Noble Group has rejected an attempt by major shareholder Goldilocks to nominate five non-executive directors at the annual general meeting on April 30.
Noble said yesterday that it knocked back the move because Goldilocks, an Abu Dhabi-based investment fund, is not a member of the company because it holds its shares through a depository agent.
Last week, Goldilocks lodged a notice proposing five nominees for election as non-executive directors. It also asked the company to circulate a statement to shareholders about the proposed nominations. The notice and the request were lodged at Noble's registered address in Bermuda.
But Noble said in a bourse filing yesterday that the Goldilocks notice and request were not in accordance with the company's by-laws or Bermuda law. It argued that since Goldilocks holds its shares through depository agents, it is actually the Central Depository (CDP) that is listed as a member of the company, not Goldilocks.
"As Goldilocks is not a registered holder, the board has been advised that as a matter of Bermuda law Goldilocks is not a member," Noble said.
Goldilocks responded yesterday, saying that Noble has "threatened its standing as a shareholder" of the group, and that Noble's reasoning damages the standing of all shareholders.
Singapore's Securities and Futures Act directs that shareholders holding stock through a nominee account should be deemed to be members of the company, Goldilocks said.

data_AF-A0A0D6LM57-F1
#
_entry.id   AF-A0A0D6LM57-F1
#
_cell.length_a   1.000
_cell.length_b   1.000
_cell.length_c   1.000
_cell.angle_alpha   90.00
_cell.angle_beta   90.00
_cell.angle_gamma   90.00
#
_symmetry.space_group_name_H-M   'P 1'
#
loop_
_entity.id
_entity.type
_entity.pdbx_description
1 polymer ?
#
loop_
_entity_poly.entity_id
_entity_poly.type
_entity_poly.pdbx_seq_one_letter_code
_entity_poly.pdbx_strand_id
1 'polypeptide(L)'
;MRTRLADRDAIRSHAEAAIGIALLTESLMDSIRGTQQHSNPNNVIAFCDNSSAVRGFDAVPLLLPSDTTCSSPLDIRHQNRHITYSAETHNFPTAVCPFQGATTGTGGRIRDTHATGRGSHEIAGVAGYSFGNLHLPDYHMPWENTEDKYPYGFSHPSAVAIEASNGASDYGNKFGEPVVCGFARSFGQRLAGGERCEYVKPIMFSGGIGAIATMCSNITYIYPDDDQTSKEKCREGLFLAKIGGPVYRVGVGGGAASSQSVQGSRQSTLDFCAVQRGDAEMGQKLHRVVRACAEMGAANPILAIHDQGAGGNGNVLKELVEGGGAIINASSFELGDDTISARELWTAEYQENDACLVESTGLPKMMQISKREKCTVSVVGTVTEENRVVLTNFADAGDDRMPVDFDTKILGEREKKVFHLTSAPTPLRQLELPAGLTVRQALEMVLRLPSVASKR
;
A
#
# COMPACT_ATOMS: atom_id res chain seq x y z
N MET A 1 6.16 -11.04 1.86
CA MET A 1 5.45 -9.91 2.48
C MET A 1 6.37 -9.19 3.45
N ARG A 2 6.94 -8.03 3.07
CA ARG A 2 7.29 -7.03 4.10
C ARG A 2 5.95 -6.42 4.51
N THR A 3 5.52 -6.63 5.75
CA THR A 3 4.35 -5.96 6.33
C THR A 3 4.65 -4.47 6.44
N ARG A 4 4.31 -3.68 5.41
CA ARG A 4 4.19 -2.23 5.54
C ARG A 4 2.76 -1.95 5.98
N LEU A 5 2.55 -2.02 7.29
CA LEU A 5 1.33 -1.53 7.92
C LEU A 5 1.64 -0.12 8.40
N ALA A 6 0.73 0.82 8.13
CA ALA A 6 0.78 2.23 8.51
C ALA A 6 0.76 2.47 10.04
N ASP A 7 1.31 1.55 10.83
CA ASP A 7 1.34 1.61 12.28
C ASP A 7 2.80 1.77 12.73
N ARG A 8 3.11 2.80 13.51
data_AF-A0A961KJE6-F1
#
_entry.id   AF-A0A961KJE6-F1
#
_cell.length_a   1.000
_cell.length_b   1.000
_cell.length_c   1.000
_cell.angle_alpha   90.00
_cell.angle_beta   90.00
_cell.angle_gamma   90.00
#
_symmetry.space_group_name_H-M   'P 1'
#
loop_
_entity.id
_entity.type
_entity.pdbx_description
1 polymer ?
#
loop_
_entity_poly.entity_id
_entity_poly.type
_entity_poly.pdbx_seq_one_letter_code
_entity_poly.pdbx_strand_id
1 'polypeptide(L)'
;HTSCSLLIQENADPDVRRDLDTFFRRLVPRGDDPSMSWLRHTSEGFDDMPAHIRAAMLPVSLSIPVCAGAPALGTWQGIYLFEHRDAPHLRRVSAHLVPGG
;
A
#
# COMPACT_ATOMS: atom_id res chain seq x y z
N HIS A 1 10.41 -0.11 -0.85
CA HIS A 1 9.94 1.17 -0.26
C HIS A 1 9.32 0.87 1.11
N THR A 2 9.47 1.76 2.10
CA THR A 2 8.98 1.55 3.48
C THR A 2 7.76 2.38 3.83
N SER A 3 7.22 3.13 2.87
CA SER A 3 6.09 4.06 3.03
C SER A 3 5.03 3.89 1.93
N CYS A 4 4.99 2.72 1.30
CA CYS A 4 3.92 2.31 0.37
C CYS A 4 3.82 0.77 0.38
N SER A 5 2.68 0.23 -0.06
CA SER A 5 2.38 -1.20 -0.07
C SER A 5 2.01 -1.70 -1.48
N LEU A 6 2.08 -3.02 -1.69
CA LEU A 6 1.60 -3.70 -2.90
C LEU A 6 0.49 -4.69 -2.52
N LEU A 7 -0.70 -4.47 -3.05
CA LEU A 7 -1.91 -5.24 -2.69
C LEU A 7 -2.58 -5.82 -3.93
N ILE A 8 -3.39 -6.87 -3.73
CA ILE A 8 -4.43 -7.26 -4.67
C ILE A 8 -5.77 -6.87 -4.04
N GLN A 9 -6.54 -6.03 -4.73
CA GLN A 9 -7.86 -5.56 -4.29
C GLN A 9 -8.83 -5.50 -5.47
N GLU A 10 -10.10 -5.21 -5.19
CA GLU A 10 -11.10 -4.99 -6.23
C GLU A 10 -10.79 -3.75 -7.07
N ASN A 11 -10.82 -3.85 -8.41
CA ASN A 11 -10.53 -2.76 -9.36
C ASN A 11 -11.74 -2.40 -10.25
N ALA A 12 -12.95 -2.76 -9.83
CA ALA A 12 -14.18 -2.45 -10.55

Given that many of Noble's shareholders use nominee accounts, Noble's position "effectively means that only the CDP and the 39 individuals listed on Noble's member register will be entitled to assert and enforce rights as members", Goldilocks argued.
"This is oppressive and coercive."
Later yesterday, Goldilocks also released a statement urging Noble to provide full details of when it had sought to engage an independent financial adviser and to explain why it had failed to announce its engagement of the proposed candidate for this role.
This came in response to an open letter on April 18 by Noble chairman Paul Brough stating that the board had, independently from the Singapore Exchange, already sought an independent financial adviser to assess whether the restructuring plan is fair and reasonable to shareholders.
He also said the report will be included in the circular to shareholders setting out the proposal.
In the statement rebutting 13 points made by Mr Brough, Goldilocks also said that there was no basis to incentivise management if the restructuring support agreement is implemented, as new Noble would only be left with contracts with counterparties in emerging markets such as Indonesia.
"Leaving aside the material risk of an adverse impact to these contracts... there is no prospect that existing management will be able to extract value from (them)," it said.
It also asked Noble to provide full disclosure of all assets in new Noble and how these assets can support debts of up to US$2.355 billion (S$3.11 billion).